The People of America's Oil and Natural Gas Indusry

The President’s Almost None-Of-The-Above Energy Approach

Mark Green

Mark Green
Posted February 24, 2012

The president spoke about energy again Thursday, saying his all-sources strategy will ensure a prosperous future:

“If we’re going to avoid being at the mercy of these world events, we’ve got to have a sustained, all-of-the-above strategy that develops every available source of American energy.”

The president is right: A sustained strategy that uses all of America’s energy sources is the key to U.S. energy security. API President and CEO Jack Gerard:

“More oil and gas development here at home would benefit the nation. It would increase the security of our energy supplies, create jobs, boost revenue tour government and help put downward pressure on prices at the pump.”

Ah, but the president’s so-called all-of-the-above strategy actually appears to be an almost-none-of-the-above strategy. In a speech in Florida, he dismissed calls for increased domestic oil drilling:

“You know there are no quick fixes to this problem, and you know we can’t just drill our way to lower prices.”


“Anybody who tells you we can drill our way out of this problem doesn’t know what they’re talking about — or just isn’t telling you the truth.”

This administration is talking a big game on energy – even claiming credit for domestic oil and natural gas production increases that stem from decisions made long before it came into office. Indeed, those gains have come in spite of the president’s policies, not because of them. And his rhetoric on drilling suggests ignorance or disdain for analysis that shows, yes, we could see 100 percent of our liquid fuel needs met with North American sources of oil by 2024.


“The administration is restricting where oil and natural gas development may occur, leasing less often, shortening lease terms, going slow on permit approvals and increasing or threatening to increase industry’s development costs through higher taxes, higher royalty fees, higher minimum lease bids and more regulations.”

More Gerard:

“Keeping 85 percent of our offshore areas off limits – per the administration’s latest offshore energy plan – is not a prescription for increased oil and natural gas production. Decreasing oil and gas leasing in the Rockies by 70 percent is not generating jobs and more affordable energy that America’s workers and consumers need. Having 10 federal agencies planning more regulation of hydraulic fracturing … is not keeping affordable supplies of gas flowing to generate electricity, heat homes and supply chemical plants. Rejecting the Keystone XL pipeline is not increasing American access to affordable, secure energy.”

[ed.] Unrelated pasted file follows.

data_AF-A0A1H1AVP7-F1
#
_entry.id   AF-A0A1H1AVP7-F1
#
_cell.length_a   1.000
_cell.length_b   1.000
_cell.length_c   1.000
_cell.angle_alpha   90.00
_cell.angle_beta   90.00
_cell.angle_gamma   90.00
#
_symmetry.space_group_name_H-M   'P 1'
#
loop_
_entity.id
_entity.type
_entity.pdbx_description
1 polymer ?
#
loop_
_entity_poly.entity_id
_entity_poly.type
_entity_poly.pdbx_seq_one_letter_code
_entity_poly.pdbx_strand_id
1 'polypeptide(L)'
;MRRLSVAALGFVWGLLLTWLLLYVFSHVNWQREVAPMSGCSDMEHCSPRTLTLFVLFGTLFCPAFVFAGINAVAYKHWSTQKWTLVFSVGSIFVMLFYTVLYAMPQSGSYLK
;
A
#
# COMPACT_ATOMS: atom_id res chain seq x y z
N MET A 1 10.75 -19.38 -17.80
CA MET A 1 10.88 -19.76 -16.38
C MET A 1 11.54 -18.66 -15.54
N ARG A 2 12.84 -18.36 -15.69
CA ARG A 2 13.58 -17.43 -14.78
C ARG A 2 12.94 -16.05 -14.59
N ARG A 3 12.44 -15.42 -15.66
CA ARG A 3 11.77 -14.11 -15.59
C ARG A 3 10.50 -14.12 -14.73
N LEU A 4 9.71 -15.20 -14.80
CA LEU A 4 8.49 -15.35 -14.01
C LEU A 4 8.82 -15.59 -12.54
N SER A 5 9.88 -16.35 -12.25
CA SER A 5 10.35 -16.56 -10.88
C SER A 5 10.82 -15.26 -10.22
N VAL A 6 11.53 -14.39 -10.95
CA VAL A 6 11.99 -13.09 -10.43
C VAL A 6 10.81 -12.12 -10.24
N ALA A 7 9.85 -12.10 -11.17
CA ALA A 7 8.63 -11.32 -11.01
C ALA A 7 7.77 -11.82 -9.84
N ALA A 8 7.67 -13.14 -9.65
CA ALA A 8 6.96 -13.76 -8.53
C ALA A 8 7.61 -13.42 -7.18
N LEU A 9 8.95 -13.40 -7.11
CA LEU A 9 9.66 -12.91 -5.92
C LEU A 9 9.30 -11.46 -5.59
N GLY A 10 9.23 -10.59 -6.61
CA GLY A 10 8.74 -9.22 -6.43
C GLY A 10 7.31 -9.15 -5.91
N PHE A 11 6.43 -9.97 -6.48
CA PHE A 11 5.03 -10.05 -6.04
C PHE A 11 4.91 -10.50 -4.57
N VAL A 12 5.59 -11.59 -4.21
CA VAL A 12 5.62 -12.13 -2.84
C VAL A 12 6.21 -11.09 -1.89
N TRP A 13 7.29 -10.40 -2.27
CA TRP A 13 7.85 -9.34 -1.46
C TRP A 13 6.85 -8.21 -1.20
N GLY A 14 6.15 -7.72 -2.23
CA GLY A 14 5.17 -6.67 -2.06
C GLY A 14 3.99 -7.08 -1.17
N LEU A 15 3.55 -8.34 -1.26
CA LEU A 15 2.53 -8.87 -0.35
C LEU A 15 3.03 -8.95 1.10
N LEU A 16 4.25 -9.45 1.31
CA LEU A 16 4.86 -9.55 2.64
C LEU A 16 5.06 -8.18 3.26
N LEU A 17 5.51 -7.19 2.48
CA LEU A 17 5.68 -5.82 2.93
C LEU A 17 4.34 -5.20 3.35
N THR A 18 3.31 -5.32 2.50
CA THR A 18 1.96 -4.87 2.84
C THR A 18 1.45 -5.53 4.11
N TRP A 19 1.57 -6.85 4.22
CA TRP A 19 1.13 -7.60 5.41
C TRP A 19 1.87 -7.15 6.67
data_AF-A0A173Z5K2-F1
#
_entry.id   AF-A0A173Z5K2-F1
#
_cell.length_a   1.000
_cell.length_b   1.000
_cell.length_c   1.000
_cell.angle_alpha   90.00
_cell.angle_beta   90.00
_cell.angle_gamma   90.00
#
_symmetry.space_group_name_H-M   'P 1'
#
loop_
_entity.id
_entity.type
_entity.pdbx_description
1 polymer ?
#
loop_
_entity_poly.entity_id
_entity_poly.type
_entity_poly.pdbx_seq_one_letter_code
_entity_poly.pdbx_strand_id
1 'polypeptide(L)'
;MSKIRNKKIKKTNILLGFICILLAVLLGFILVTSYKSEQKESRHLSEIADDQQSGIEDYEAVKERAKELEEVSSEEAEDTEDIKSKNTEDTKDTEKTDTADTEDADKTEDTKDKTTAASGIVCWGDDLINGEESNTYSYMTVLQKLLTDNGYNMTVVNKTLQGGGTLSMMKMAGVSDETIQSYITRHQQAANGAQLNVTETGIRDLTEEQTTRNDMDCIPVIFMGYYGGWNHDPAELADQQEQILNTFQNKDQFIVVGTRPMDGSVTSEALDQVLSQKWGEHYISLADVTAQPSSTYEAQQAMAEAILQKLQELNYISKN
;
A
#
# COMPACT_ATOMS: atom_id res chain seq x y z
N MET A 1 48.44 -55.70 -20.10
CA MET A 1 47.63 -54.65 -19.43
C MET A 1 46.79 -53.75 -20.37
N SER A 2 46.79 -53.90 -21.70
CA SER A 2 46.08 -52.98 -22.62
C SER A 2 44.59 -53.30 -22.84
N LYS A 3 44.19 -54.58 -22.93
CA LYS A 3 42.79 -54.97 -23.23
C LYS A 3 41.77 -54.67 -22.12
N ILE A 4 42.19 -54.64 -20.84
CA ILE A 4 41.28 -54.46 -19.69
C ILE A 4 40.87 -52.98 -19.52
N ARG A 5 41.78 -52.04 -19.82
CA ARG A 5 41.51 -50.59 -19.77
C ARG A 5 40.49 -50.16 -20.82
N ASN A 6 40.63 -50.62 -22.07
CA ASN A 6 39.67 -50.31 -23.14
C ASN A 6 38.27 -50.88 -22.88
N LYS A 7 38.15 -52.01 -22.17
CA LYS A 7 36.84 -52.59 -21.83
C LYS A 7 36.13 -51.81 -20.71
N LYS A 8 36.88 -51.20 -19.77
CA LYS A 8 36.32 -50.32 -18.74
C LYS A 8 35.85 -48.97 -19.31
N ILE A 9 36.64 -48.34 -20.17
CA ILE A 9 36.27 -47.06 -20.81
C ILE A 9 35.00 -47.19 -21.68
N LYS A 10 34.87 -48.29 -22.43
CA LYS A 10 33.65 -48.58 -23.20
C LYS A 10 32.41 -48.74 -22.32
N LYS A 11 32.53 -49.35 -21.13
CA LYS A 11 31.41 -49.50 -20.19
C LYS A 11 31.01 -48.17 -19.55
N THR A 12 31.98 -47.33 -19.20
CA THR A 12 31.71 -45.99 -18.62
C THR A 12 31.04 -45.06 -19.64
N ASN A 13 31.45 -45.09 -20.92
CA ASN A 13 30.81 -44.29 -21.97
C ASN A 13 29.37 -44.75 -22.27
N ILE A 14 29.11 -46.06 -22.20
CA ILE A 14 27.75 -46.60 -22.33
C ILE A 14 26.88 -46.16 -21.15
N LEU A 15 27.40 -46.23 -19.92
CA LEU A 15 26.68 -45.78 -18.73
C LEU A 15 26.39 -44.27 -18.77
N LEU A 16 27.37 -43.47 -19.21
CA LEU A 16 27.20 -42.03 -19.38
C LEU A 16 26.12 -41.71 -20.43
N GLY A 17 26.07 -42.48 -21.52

Current energy conditions, globally and domestically, are pulling the veil away from the president’s do-little energy policies. You can’t reject the Keystone XL pipeline, for example, then say the United States is at the mercy of the volatility in global energy markets. You can’t keep U.S. energy on federal lands and offshore off limits and say you’re for increased domestic oil and natural gas production. You can’t say yours is an all-of-the-above strategy when you’re denying multiple opportunities to industries that supply the majority of the energy we currently use.


“The administration’s own projections tell us that we’re still going to rely on oil and natural gas for nearly 60 percent of our energy for the next quarter century. We’re either going to produce that oil and gas in the U.S. with the added benefits of creating over a million new American jobs, strengthening our national security and generating more revenue for our government, or we’re going to depend more on resources from less stable parts of the world.”


Mark Green joined API after a career in newspaper journalism, including 16 years as national editorial writer for The Oklahoman in the paper’s Washington bureau. Mark also was a reporter, copy editor and sports editor. He earned his journalism degree from the University of Oklahoma and master’s in journalism and public affairs from American University. He and his wife Pamela live in Occoquan, Va., where they enjoy their four grandchildren.